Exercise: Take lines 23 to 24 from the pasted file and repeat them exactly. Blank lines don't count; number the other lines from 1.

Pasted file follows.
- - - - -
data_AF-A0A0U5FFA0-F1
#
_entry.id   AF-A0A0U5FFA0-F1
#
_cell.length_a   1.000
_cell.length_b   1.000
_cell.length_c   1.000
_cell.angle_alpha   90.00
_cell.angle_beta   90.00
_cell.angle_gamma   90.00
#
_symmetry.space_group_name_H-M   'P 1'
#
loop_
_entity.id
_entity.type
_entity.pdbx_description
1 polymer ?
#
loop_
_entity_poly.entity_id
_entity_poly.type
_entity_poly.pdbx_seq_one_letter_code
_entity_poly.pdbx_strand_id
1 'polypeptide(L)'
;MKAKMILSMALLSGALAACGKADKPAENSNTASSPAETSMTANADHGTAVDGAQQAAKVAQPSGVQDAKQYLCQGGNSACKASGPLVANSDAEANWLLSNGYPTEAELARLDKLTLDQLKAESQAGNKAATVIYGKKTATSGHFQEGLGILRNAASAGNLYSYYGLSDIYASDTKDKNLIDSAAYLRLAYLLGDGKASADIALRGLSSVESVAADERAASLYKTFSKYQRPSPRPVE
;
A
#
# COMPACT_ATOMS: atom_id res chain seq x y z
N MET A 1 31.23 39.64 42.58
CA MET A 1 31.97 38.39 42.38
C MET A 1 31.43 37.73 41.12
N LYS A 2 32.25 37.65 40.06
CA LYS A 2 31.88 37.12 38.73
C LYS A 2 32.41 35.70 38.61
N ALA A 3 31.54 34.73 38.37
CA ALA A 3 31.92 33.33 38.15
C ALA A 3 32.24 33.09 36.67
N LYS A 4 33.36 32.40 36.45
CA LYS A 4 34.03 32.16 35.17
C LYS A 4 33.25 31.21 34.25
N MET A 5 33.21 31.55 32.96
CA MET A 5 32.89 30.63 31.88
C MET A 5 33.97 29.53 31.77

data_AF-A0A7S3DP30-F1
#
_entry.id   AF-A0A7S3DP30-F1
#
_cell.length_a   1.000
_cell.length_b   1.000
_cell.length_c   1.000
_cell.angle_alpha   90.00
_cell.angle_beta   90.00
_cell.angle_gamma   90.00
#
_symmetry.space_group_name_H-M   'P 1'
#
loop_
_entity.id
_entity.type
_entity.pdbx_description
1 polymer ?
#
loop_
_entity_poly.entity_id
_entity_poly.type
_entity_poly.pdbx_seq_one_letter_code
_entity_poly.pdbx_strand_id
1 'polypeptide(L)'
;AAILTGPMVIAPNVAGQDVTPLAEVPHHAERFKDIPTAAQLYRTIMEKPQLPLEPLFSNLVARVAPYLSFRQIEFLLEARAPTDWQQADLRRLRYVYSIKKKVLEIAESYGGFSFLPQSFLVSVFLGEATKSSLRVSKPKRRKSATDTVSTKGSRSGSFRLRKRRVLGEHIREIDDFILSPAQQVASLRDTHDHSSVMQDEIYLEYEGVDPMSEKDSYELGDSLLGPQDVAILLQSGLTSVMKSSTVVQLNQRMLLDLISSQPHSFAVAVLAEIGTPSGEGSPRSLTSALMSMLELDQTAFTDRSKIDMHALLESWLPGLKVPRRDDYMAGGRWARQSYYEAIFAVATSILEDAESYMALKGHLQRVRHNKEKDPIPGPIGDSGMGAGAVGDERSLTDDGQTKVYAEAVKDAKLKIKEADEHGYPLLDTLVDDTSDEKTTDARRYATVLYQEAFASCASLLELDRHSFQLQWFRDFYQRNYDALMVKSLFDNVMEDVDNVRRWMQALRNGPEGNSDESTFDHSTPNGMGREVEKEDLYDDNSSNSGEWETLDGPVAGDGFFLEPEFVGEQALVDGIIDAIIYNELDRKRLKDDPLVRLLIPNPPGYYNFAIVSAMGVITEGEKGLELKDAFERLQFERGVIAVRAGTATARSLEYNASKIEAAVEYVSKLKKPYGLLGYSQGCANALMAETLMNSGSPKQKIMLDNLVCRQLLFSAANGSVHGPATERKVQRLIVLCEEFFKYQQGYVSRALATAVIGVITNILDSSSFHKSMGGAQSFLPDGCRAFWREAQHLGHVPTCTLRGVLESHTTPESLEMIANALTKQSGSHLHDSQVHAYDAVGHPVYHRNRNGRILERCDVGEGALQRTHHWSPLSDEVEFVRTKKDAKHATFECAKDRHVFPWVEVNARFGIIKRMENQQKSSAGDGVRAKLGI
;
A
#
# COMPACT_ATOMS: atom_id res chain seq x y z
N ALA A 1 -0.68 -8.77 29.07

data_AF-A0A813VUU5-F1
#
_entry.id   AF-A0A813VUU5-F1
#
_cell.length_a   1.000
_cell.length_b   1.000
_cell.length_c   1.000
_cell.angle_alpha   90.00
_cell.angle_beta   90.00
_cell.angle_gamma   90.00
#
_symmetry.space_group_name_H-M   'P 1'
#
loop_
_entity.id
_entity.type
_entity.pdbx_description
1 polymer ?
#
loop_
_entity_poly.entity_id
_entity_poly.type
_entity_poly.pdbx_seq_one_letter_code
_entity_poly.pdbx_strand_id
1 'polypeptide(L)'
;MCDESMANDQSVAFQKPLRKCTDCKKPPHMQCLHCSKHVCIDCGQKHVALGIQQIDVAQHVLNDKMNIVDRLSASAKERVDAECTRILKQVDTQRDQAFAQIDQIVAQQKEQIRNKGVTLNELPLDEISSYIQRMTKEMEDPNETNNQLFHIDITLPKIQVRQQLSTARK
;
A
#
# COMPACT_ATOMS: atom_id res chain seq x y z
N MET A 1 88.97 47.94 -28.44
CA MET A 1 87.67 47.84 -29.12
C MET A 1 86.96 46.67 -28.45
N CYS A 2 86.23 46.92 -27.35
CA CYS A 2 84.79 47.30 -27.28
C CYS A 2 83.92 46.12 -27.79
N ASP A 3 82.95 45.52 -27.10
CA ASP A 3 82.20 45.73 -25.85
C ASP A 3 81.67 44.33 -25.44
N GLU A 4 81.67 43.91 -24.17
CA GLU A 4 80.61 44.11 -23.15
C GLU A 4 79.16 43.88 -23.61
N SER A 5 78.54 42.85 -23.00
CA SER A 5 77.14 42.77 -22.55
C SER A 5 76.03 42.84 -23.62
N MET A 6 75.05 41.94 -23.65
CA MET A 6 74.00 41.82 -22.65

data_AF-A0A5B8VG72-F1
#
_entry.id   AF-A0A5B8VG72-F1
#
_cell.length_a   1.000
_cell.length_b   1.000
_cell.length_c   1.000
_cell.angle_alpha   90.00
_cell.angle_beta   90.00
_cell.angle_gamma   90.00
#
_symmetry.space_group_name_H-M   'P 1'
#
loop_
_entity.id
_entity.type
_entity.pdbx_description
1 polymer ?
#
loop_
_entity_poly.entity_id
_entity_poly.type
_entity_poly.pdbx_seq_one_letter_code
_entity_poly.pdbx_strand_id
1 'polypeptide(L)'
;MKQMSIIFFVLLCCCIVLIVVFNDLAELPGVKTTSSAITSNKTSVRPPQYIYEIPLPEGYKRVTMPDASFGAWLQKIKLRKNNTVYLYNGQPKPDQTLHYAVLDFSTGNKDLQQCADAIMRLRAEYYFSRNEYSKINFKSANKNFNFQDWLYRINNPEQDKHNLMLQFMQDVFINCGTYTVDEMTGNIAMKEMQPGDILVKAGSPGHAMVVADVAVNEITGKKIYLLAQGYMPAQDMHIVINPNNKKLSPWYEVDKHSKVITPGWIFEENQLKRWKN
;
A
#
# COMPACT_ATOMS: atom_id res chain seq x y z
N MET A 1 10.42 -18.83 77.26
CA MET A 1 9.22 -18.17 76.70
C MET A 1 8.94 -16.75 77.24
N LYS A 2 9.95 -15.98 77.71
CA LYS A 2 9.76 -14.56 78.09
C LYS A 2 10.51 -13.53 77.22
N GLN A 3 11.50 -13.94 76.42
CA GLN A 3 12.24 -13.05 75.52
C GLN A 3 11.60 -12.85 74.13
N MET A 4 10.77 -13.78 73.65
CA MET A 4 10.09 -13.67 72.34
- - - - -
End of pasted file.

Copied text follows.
_entity_poly.pdbx_seq_one_letter_code
_entity_poly.pdbx_strand_id